** (out of 4)
If you were to plot every filmmaker’s career trajectory on a graph, Darren Aronofsky’s would be one of the many that’d peak early but considerably flatten out thereafter. Back in 2000, he struck gold with Requiem for a Dream, a depiction of the infernal realities of drug addiction that still resonates with an alarming poignancy. But in both The Wrestler and Black Swan, he followed his characters’ obsessions with such an obsessiveness of his own that he neglected to examine the societal and cultural mores that endorse such dangerous perfectionism. And we’d be better off not talking about The Fountain and Noah.
For the most part, mother!, Aronofsky’s newest movie, confirms the fact that he still hasn’t found a way out of the moviemaking wilderness. When we open, Jennifer Lawrence is “mother,” a loving, white-dress-touting housewife who lives in the countryside with a brooding poet husband (Javier Bardem) named “Him.” All seems peaceful: the sky is blue, urban civilization is nowhere to be seen, and mother is making excellent progress on her interior renovations. Yet thanks to its sinister music, obstinately shaky camerawork, and grainy texture, the film quickly beats you into the realization that – gasp! – something terrible is about to happen. (Never mind that you really don’t know what – or, for that matter, why you should care if it does.)
If the above description of mother!’s first act sounds vaguely familiar, that’s because it is. “mother” is only an extra-innocent version of Black Swan’s Nina Sayers; when Michelle Pfeiffer pops in (as “woman”) and starts acting just like Black Swan’s Lily, this resemblance only grows sharper. Meanwhile, Act I’s plot largely centers on mother’s realization that Him is not the perfect husband she imagined; his manipulative attitude and her bewildered reactions to it are both eerily reminiscent of 1944’s Gaslight, a film in which Ingrid Bergman singlehandedly redefined the stereotype of the passive, dimwitted housewife. Tropes can certainly be used for good, especially if a filmmaker chooses to play with them (see anything by the Coen brothers or Todd Haynes for good examples). But Aronofsky’s clichés about passive, innocent women prove unyielding in their self-absorbed sincerity. On an intellectual level, they keep the film in a state of stagnation, all while the basic plotline continues to try to scare you with forcedly creepy music and pointless trips into dark basements.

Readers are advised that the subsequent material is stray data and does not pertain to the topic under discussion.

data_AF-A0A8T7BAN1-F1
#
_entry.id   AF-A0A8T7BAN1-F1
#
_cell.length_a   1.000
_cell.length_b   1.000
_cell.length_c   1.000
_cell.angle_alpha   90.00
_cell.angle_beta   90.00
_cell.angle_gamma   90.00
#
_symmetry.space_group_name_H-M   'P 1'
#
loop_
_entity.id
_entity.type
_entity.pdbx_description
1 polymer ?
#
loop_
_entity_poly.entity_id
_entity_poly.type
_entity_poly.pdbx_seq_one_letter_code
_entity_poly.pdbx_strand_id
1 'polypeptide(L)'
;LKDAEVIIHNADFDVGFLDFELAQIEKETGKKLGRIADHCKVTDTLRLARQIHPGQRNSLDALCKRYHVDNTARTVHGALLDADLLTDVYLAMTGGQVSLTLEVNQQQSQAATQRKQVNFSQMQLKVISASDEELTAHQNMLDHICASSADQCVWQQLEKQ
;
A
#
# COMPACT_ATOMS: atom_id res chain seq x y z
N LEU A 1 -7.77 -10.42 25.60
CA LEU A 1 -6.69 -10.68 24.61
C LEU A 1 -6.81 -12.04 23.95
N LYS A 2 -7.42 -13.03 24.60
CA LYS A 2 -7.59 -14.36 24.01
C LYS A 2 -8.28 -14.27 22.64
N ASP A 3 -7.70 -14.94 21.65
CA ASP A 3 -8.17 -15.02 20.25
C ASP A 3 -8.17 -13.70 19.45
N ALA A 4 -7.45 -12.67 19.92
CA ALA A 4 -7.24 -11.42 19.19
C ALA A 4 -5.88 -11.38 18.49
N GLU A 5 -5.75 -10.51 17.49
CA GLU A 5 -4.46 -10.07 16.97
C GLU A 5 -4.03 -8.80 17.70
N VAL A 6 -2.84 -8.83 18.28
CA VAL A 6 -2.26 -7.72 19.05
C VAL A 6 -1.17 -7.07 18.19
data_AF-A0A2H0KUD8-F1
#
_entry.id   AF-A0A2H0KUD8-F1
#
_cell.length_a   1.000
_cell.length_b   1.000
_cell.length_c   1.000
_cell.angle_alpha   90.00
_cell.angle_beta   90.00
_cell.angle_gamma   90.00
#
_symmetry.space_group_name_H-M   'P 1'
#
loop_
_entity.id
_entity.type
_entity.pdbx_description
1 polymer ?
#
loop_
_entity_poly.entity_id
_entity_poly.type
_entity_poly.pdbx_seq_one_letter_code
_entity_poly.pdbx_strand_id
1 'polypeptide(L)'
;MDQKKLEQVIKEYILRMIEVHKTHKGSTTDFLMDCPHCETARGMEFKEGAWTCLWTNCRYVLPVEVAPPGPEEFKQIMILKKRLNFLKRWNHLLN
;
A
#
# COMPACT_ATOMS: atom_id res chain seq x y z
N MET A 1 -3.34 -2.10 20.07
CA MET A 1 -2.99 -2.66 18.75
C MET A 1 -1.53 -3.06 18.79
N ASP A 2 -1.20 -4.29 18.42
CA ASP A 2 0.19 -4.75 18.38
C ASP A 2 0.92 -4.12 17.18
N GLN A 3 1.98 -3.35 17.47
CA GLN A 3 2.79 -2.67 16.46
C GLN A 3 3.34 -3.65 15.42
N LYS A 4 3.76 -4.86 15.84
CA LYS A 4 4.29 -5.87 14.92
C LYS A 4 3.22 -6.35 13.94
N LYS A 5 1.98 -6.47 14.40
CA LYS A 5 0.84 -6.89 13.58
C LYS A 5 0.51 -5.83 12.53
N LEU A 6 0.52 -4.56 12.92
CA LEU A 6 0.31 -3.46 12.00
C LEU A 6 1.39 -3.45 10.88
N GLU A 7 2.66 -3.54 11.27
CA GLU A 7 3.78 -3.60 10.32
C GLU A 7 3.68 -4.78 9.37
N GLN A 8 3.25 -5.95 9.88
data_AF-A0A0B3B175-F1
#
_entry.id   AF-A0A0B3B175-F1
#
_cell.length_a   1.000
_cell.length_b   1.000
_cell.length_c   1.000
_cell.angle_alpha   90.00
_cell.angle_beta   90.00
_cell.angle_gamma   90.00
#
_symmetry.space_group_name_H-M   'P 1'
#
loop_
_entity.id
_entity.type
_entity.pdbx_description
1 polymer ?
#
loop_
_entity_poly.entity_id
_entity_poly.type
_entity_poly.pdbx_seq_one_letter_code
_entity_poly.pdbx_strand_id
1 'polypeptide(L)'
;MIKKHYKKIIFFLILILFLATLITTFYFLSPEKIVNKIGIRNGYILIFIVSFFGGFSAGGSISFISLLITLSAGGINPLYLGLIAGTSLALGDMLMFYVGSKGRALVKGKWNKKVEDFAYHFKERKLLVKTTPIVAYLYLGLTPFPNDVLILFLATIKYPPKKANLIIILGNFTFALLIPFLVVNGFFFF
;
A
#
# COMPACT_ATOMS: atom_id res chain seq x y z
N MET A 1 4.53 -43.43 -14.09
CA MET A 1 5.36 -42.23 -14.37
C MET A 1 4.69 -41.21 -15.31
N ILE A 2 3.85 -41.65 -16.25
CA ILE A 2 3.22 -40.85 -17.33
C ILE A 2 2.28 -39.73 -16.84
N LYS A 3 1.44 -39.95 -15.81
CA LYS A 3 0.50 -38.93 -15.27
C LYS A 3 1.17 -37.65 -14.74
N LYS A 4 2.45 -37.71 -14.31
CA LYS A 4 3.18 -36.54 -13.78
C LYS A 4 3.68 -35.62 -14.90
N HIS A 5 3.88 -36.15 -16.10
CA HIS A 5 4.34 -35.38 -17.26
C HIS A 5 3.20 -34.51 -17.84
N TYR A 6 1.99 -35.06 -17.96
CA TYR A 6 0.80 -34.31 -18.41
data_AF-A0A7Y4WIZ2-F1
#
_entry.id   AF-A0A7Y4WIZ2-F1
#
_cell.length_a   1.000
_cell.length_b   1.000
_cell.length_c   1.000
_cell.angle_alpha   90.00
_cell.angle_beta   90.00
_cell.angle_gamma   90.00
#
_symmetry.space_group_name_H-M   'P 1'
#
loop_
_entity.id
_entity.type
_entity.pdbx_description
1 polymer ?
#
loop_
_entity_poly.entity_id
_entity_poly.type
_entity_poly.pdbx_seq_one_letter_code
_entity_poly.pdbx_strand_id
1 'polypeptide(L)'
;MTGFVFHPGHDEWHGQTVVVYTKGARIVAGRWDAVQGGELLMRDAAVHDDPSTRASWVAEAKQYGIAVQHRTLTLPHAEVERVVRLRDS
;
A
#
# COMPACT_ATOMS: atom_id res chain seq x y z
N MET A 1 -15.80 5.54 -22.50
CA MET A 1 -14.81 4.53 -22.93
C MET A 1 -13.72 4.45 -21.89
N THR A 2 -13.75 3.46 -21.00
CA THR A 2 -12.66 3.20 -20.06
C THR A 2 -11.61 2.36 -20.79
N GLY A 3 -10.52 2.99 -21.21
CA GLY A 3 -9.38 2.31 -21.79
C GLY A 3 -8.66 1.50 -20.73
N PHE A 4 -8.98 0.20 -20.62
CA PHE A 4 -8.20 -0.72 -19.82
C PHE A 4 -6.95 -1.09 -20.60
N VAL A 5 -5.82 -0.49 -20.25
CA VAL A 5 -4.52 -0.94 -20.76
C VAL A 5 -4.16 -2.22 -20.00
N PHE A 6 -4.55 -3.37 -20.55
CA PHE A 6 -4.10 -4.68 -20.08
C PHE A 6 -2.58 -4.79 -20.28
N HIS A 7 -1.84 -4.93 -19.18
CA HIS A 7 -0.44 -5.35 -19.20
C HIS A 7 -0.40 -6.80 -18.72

The second part of mother! turns out to be nothing like the first: whether out of haste or an uncharacteristic self-awareness, Aronofsky abandons his lame attempts at horror and abruptly turns the film into an allegory on religion, art, and human relations. If you can overlook the incongruous changes in tone, style, and pacing – plus the general lack of subtlety – you’ll find that this part of the film does introduce some interesting ideas. For example, it turns out that Him, among other things, is a stand-in for a Christ-like figure. And while many movies about religion tend to portray religious figures as corrupt, hypocritical, or demagogic, Him is instead defined by his insatiable need for others’ adoration. Whether most of the religions we know were founded on such vanity, of course, is very much debatable. But Aronofsky deserves credit for making a somewhat disquieting analogy: what if Jesus, Abraham, Muhammad, and Buddha were simply insecure attention-seekers, just like the many modern-day celebrities who clog up the Web with their tweets?